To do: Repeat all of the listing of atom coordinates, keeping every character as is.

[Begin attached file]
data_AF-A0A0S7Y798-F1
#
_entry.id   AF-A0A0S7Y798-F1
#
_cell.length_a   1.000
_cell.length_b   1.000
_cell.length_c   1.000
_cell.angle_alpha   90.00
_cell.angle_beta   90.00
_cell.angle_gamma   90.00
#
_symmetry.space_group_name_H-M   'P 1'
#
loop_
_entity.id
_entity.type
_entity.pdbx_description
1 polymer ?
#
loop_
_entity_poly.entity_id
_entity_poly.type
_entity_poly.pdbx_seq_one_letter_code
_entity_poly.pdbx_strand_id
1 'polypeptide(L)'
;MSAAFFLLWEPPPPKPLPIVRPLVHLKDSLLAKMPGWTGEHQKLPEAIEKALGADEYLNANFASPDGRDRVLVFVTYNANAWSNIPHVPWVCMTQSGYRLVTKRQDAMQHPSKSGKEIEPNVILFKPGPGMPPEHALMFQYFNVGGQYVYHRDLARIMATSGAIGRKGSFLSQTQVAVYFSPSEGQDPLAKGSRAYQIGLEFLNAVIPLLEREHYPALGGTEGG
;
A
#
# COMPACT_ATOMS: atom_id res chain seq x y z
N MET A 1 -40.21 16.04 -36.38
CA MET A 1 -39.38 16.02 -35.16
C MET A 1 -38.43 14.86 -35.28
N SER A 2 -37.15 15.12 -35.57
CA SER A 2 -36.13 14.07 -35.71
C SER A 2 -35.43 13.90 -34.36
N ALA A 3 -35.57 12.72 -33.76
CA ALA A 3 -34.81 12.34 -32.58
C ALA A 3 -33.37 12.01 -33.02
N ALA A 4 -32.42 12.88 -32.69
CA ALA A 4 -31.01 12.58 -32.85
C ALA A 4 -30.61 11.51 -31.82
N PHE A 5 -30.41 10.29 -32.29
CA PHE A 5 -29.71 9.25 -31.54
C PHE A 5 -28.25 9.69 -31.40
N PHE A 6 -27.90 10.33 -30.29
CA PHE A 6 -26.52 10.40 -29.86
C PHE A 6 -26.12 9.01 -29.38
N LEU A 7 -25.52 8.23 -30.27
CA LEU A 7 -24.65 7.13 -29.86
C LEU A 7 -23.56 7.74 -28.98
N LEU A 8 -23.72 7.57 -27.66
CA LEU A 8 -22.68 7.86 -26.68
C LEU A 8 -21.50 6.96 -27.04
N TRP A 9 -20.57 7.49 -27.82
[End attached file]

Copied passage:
data_AF-A0A0S7Y798-F1
#
_entry.id   AF-A0A0S7Y798-F1
#
_cell.length_a   1.000
_cell.length_b   1.000
_cell.length_c   1.000
_cell.angle_alpha   90.00
_cell.angle_beta   90.00
_cell.angle_gamma   90.00
#
_symmetry.space_group_name_H-M   'P 1'
#
loop_
_entity.id
_entity.type
_entity.pdbx_description
1 polymer ?
#
loop_
_entity_poly.entity_id
_entity_poly.type
_entity_poly.pdbx_seq_one_letter_code
_entity_poly.pdbx_strand_id
1 'polypeptide(L)'
;MSAAFFLLWEPPPPKPLPIVRPLVHLKDSLLAKMPGWTGEHQKLPEAIEKALGADEYLNANFASPDGRDRVLVFVTYNANAWSNIPHVPWVCMTQSGYRLVTKRQDAMQHPSKSGKEIEPNVILFKPGPGMPPEHALMFQYFNVGGQYVYHRDLARIMATSGAIGRKGSFLSQTQVAVYFSPSEGQDPLAKGSRAYQIGLEFLNAVIPLLEREHYPALGGTEGG
;
A
#
# COMPACT_ATOMS: atom_id res chain seq x y z
N MET A 1 -40.21 16.04 -36.38
CA MET A 1 -39.38 16.02 -35.16
C MET A 1 -38.43 14.86 -35.28
N SER A 2 -37.15 15.12 -35.57
CA SER A 2 -36.13 14.07 -35.71
C SER A 2 -35.43 13.90 -34.36
N ALA A 3 -35.57 12.72 -33.76
CA ALA A 3 -34.81 12.34 -32.58
C ALA A 3 -33.37 12.01 -33.02
N ALA A 4 -32.42 12.88 -32.69
CA ALA A 4 -31.01 12.58 -32.85
C ALA A 4 -30.61 11.51 -31.82
N PHE A 5 -30.41 10.29 -32.29
CA PHE A 5 -29.71 9.25 -31.54
C PHE A 5 -28.25 9.69 -31.40
N PHE A 6 -27.90 10.33 -30.29
CA PHE A 6 -26.52 10.40 -29.86
C PHE A 6 -26.12 9.01 -29.38
N LEU A 7 -25.52 8.23 -30.27
CA LEU A 7 -24.65 7.13 -29.86
C LEU A 7 -23.56 7.74 -28.98
N LEU A 8 -23.72 7.57 -27.66
CA LEU A 8 -22.68 7.86 -26.68
C LEU A 8 -21.50 6.96 -27.04
N TRP A 9 -20.57 7.49 -27.82